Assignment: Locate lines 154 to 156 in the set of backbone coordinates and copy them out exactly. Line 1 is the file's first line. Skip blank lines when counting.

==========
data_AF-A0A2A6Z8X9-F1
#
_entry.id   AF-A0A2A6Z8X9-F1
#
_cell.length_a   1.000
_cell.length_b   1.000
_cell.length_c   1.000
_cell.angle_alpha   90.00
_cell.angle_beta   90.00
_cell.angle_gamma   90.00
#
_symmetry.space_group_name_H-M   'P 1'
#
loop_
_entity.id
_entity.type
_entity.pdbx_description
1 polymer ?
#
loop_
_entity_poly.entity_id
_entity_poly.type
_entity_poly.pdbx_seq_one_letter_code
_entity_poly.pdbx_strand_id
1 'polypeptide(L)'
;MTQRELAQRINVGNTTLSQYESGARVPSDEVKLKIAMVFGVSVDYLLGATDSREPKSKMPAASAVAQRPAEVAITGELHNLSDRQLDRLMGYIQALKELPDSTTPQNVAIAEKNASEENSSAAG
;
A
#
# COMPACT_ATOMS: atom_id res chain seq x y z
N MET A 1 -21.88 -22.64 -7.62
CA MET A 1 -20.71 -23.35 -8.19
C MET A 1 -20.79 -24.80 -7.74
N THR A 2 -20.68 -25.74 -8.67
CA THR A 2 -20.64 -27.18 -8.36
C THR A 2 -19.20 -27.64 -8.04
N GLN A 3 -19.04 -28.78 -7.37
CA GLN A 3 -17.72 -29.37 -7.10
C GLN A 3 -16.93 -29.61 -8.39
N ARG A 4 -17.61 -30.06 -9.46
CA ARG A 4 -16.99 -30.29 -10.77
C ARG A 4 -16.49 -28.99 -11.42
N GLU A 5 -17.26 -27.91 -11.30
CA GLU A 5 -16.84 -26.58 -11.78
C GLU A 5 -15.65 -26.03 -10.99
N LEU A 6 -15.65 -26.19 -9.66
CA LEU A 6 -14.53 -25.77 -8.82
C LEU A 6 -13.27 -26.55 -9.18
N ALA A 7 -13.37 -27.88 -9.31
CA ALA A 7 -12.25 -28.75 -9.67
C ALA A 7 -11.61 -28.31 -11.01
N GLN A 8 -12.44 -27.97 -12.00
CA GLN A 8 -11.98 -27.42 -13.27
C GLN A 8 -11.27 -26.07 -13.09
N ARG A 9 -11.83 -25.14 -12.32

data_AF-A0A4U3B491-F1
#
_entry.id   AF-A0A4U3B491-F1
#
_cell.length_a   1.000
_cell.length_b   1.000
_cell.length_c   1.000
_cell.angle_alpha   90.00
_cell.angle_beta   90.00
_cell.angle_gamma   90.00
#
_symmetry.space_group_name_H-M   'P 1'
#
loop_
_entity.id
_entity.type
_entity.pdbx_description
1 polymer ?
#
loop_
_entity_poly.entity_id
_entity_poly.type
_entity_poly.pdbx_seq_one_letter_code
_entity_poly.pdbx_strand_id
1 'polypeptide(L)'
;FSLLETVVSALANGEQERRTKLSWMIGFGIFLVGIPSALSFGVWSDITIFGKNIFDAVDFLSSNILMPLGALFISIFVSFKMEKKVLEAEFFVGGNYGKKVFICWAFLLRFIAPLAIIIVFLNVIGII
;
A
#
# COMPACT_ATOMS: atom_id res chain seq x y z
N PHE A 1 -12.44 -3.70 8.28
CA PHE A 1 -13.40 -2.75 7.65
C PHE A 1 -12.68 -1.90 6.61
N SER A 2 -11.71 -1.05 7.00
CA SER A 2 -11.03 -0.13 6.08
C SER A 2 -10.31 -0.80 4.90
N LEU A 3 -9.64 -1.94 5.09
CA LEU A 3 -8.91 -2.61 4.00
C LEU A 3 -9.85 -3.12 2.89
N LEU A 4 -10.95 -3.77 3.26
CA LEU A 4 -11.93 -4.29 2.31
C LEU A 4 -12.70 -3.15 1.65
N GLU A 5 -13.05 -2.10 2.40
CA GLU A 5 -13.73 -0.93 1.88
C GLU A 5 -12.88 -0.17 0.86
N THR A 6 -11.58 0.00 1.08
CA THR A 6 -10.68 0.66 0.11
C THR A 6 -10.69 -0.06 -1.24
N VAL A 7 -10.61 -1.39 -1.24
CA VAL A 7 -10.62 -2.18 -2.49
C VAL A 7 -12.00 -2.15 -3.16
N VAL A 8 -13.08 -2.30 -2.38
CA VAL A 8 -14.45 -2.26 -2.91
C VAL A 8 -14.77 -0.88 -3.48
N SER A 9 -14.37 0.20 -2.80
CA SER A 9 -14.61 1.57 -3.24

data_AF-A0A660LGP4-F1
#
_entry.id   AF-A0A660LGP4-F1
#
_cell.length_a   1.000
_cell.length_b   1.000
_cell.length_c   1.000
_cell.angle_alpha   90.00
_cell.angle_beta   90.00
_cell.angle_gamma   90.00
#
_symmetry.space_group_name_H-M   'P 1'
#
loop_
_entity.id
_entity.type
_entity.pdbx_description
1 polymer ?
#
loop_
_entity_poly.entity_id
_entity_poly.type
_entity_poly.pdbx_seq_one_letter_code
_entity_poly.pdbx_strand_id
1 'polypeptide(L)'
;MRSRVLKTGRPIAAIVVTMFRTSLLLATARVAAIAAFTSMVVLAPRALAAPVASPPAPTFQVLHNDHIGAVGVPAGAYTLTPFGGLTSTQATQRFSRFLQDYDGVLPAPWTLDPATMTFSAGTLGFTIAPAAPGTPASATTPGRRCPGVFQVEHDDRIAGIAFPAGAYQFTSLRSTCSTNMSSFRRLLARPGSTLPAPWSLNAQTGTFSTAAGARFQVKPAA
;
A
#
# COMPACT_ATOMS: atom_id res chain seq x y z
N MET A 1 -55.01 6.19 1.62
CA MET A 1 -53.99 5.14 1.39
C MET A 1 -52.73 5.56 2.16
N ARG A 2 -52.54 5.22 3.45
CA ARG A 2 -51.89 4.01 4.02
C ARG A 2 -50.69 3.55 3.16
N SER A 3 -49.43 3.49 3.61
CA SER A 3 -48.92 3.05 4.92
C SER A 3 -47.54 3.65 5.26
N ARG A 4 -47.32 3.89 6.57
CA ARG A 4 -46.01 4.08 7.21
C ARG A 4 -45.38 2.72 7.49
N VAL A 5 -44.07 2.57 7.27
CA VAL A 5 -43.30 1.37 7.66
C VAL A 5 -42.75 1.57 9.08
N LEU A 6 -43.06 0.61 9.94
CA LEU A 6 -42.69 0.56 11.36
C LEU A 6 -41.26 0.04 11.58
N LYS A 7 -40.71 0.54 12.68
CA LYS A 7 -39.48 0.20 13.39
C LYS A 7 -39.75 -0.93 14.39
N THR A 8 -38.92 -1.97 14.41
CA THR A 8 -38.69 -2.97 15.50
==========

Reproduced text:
N VAL A 5 -44.07 2.57 7.27
CA VAL A 5 -43.30 1.37 7.66
C VAL A 5 -42.75 1.57 9.08